Beijing has said that “institutional advantages” will help China get through the epidemic without help from other countries, and the estimated number of COVID deaths in China is still lower than the 1.1 million deaths in the U.S. and the 2.1 million deaths in Europe.

(Graphic: What’s it like to live with the virus?)

But U.S. drug company Pfizer (NYSE:PFE) reached a deal last week to send its COVID antiviral treatment Paxlovid to China through a local company. It said it was working with all parties to make sure there was enough supply.

“Whether or not China asks, as a citizen of Beijing, I welcome the US government’s attitude,” Hu Xijin, the former editor of the party tabloid the Global Times, said on Twitter. He added that he hopes the U.S. government will put pressure on Pfizer to lower the price of Paxlovid.


The United States and China, which have the two largest economies in the world, have become more competitive in recent months. The Biden administration is trying to hurt China’s semiconductor industry and push Beijing out of politics in Asia and Africa.

President Joe Biden has said that the world is at a turning point between democracies and dictatorships.

But there are still a lot of ties between the U.S. and China. China is the largest trade partner for the U.S. and the top customer for many American companies.

Blinken said earlier this month, “We want China to get COVID right.” “First and foremost, it’s in the best interests of the Chinese people, but it’s also in the best interests of people all over the world.”

Luxury companies with businesses in China, like France’s LVMH, and industrial indices have been trading down recently because of concerns about COVID, and Federal Reserve Chair Jerome Powell hinted last week that he was also worried.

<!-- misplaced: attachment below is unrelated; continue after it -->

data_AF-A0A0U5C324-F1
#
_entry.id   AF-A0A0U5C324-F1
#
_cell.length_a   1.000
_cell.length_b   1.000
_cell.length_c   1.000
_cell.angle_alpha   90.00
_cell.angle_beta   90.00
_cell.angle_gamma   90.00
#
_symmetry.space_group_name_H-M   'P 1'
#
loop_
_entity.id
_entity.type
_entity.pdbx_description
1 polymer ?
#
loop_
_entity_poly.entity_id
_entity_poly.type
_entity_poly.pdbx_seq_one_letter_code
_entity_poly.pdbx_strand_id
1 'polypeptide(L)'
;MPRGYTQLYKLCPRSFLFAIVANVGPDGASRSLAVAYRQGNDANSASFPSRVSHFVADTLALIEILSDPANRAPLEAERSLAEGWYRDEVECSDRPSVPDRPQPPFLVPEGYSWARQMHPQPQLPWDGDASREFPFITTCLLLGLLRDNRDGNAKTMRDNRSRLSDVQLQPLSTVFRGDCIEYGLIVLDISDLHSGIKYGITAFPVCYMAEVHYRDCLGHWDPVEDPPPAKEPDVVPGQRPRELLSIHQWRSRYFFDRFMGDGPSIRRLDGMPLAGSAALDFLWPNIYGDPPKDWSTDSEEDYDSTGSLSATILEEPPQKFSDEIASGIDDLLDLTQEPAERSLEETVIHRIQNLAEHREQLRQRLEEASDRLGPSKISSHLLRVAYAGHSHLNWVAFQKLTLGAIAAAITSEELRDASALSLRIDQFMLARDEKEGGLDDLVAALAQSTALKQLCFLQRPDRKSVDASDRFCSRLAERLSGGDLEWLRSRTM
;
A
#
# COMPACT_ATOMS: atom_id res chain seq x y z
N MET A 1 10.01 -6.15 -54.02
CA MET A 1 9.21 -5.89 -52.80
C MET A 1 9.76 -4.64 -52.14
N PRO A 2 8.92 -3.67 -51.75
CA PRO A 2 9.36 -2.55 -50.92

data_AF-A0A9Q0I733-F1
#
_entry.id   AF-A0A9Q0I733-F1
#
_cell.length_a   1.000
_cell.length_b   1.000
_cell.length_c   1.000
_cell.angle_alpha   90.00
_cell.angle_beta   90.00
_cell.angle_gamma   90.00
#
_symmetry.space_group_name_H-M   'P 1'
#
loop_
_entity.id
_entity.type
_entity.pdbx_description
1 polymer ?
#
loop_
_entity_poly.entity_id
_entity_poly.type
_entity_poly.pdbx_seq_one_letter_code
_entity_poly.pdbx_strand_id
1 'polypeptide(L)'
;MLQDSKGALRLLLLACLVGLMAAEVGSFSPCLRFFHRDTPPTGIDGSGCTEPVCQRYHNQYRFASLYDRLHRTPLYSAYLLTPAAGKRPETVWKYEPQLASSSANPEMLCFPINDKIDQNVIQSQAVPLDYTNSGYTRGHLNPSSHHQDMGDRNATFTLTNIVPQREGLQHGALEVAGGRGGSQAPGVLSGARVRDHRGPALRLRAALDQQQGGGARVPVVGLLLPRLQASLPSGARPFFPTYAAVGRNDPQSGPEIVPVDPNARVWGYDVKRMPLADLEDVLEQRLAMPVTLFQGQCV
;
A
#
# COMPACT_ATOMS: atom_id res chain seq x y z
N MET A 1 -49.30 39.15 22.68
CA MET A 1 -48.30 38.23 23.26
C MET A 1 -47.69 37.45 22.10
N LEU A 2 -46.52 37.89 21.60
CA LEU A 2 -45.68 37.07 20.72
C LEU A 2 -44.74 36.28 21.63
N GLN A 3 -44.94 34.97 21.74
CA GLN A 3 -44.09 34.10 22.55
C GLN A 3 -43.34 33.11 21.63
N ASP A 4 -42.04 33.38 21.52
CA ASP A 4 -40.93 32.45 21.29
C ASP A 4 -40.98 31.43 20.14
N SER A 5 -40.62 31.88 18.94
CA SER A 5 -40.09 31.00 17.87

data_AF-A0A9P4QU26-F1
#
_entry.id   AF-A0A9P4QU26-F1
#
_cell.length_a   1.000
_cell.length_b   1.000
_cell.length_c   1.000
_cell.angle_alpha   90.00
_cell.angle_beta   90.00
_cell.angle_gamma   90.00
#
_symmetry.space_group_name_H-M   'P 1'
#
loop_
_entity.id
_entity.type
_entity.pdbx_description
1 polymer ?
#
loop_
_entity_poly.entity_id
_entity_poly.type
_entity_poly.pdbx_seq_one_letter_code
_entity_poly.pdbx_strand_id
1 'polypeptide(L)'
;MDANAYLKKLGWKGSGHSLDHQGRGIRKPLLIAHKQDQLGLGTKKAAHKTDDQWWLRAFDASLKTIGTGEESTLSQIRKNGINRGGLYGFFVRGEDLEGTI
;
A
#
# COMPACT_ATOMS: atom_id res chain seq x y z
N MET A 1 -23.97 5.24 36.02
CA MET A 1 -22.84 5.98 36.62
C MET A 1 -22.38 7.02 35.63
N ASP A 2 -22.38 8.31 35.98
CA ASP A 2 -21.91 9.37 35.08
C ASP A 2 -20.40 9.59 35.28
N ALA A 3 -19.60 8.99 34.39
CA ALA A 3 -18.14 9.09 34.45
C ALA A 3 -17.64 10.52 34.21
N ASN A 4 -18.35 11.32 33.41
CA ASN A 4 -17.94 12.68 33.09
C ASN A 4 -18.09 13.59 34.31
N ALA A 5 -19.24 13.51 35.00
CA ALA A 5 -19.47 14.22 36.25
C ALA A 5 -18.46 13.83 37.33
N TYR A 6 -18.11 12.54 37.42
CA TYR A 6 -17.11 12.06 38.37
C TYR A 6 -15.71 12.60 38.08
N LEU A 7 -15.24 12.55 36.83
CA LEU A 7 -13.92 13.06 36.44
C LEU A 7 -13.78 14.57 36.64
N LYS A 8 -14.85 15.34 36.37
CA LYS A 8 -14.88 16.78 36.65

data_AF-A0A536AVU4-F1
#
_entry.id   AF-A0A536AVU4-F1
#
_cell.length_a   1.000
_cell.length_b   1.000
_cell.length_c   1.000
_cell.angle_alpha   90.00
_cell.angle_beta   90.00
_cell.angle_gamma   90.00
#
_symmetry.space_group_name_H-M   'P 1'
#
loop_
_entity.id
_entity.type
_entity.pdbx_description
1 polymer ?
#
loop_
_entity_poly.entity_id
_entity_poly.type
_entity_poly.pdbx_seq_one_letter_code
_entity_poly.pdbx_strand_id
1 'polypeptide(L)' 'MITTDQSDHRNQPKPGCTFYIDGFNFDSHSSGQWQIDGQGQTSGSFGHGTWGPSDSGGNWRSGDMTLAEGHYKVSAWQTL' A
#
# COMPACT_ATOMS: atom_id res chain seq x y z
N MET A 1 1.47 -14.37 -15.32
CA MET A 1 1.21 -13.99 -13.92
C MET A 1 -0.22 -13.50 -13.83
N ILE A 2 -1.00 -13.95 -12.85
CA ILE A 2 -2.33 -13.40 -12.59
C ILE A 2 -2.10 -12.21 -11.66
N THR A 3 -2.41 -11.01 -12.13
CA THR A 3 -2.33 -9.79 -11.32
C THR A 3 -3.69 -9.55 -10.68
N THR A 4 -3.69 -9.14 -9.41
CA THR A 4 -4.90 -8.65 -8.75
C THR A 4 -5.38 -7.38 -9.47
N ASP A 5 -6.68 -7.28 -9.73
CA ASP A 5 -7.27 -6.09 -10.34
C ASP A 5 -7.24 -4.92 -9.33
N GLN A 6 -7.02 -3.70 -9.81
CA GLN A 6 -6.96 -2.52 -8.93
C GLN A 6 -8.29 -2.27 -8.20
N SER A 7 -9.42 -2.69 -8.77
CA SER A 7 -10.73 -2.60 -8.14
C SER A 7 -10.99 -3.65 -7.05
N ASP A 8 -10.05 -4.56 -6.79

Powell said, “China faces a very difficult system as it reopens.” He also said that manufacturing, exporting, and the supply chain are still very important. “This is a dangerous situation.”

Health experts outside of China are very worried that it may be too late to stop a disaster.

“What do you do when a Category 5 hurricane is an hour and a half out to sea?” If you haven’t done it yet, you can’t do it now. Michael Osterholm, who is in charge of the University of Minnesota’s Center for Infectious Disease Research and Policy, said this.

He said, “This pandemic will just blow through China in the next few weeks.” “They should have thought about this six or ten months ago.” “They could have bought time to make things better for themselves.”

A senior fellow for global health at the Council on Foreign Relations, Yanzhong Huang, said that more than 160 million Chinese have diabetes, and eight million Chinese over the age of 80 have not been vaccinated. Those are things that can make COVID worse.

Related: Asian stocks fall along with the dollar because the Fed is becoming more aggressive and China’s COVID is worried.

Dr. Jerome Kim, director general of the International Vaccine Institute in Seoul, said that South Korea, which has one of the lowest COVID death rates of any large country, handled the pandemic by vaccinating as many people as possible, fixing up hospitals before they reopened, and telling the public about the disease.

He said that the government set up health centres and apps that told people with symptoms how to keep from spreading the disease to others.

“Is that now in place in China?” “We have no idea.”